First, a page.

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Detailed functional and structural characterization of a macular lesion in a rhesus macaque

MPG-Autoren
http://pubman.mpdl.mpg.de/cone/persons/resource/persons84007

Zobor D, Keliris,  GA
Department Physiology of Cognitive Processes, Max Planck Institute for Biological Cybernetics, Max Planck Society;

http://pubman.mpdl.mpg.de/cone/persons/resource/persons84214

Shao,  Y
Department Physiology of Cognitive Processes, Max Planck Institute for Biological Cybernetics, Max Planck Society;

http://pubman.mpdl.mpg.de/cone/persons/resource/persons84063

Seeliger MW, Haverkamp S, Jägle H, Logothetis,  NK
Department Physiology of Cognitive Processes, Max Planck Institute for Biological Cybernetics, Max Planck Society;

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Zitation

Fischer, M., Zobor D, Keliris, G., Shao, Y., Seeliger MW, Haverkamp S, Jägle H, Logothetis, N., & Smirnakis, S. (2012). Detailed functional and structural characterization of a macular lesion in a rhesus macaque. Documenta Ophthalmologica, 125(3), 179-194. doi:10.1007/s10633-012-9340-3.


Zitierlink: http://hdl.handle.net/11858/00-001M-0000-0013-B66C-6
Zusammenfassung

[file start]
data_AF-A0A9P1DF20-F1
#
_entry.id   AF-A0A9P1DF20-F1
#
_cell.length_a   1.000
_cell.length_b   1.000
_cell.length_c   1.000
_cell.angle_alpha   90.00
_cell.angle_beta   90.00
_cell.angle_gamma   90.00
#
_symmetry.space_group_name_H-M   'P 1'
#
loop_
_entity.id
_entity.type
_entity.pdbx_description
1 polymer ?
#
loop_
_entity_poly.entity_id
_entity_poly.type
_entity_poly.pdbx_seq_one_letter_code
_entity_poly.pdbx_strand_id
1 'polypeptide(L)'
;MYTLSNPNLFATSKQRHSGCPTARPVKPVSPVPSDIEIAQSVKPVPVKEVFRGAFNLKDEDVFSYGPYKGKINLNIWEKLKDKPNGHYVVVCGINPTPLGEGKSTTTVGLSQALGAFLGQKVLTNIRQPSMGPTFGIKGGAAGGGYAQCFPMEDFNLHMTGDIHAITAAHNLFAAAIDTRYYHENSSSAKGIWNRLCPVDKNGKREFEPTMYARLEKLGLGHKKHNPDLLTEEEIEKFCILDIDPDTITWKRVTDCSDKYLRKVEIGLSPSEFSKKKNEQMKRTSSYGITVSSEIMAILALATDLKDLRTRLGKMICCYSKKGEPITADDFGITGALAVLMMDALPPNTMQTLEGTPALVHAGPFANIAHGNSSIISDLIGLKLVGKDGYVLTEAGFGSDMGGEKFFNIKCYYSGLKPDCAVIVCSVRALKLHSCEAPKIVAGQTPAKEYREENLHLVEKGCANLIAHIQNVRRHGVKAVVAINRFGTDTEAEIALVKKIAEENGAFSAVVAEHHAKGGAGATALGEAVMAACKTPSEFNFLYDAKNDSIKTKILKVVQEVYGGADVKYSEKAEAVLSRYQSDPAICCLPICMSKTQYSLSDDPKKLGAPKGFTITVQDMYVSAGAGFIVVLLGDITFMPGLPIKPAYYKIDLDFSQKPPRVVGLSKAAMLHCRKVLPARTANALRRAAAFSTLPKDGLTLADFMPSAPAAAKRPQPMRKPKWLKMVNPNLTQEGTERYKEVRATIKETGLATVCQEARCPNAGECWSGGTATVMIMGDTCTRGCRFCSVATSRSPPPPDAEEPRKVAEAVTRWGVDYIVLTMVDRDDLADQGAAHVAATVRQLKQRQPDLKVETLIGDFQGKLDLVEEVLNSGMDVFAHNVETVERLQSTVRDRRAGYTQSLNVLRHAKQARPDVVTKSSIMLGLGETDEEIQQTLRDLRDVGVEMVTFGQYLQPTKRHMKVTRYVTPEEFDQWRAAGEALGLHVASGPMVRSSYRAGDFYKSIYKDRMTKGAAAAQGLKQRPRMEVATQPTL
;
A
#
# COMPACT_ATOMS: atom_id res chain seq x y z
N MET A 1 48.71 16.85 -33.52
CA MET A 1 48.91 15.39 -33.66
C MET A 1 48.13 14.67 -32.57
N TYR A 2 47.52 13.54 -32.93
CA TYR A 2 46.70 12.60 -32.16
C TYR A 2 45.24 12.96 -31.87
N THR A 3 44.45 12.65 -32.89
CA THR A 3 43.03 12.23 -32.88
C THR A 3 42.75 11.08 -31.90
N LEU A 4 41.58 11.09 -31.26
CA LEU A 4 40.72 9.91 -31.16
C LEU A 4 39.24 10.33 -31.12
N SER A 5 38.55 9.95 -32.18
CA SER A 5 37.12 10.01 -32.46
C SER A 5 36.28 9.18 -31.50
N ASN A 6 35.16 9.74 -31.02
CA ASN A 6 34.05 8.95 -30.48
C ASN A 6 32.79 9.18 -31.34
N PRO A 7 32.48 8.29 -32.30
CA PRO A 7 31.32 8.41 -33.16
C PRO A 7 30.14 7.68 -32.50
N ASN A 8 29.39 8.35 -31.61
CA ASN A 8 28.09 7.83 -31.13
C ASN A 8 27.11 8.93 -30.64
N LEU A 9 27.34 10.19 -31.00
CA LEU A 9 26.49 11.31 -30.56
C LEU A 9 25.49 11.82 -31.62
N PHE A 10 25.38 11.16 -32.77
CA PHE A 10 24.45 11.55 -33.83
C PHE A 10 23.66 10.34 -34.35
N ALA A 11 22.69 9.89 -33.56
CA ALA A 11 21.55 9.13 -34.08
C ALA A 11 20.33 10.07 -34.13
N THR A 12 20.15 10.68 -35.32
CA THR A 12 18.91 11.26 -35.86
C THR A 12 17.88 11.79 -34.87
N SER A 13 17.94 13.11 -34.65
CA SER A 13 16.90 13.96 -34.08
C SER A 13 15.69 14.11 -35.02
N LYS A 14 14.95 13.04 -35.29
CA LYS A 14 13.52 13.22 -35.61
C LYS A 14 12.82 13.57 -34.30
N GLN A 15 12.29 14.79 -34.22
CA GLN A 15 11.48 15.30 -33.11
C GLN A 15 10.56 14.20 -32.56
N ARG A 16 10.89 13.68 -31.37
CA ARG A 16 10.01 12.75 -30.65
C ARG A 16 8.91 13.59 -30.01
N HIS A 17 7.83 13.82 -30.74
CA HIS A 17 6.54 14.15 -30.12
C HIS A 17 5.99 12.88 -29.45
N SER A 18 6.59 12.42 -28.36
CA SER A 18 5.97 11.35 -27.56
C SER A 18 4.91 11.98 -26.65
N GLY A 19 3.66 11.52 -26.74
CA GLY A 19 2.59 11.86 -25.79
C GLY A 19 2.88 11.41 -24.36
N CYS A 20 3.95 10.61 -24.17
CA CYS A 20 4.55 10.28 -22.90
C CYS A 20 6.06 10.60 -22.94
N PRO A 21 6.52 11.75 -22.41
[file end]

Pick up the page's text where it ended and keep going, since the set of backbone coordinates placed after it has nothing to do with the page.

Animal models are powerful tools to broaden our understanding in disease mechanisms and to develop future treatment strategies. Here we present detailed structural and functional findings of a rhesus macaque suffering from a naturally occurring bilateral macular dystrophy (BMD), partial optic atrophy and corresponding reduction of central V1 signals in visual fMRI experiments when compared to data in a healthy macaque (CTRL) of similar age. Fluorescence and indocyanine green angiography showed reduced macular vascularization with significantly larger foveal avascular zones (FAZ) in the affected animal (FAZBMD = 8.85 mm2 vs. FAZCTRL = 0.32 mm2). Optical coherence tomography showed bilateral thinning of the macula within the FAZ (total retinal thickness, TRTBMD = 174 ± 9 μm) and partial optic nerve atrophy when compared to control (TRTCTRL = 303 ± 45 μm). Segmentation analysis revealed that inner retinal layers were primarily affected (inner retinal thickness, IRTBMD = 33 ± 9 μm vs. IRTCTRL = 143 ± 45 μm), while the outer retina essentially maintained its thickness (ORTBMD = 141 ± 7 μm vs. ORTCTRL = 160 ± 11 μm). Accordingly, a strong central reduction in the multifocal electroretinography and a specific attenuation of cone-derived signals in Ganzfeld electroretinography was found, whereas rod function remained normal. We provided detailed characterization of a primate macular disorder. This study aims to stimulate awareness and further investigation in primates with macular disorders eventually leading to the identification of a primate animal model and facilitating the preclinical development of therapeutic strategies.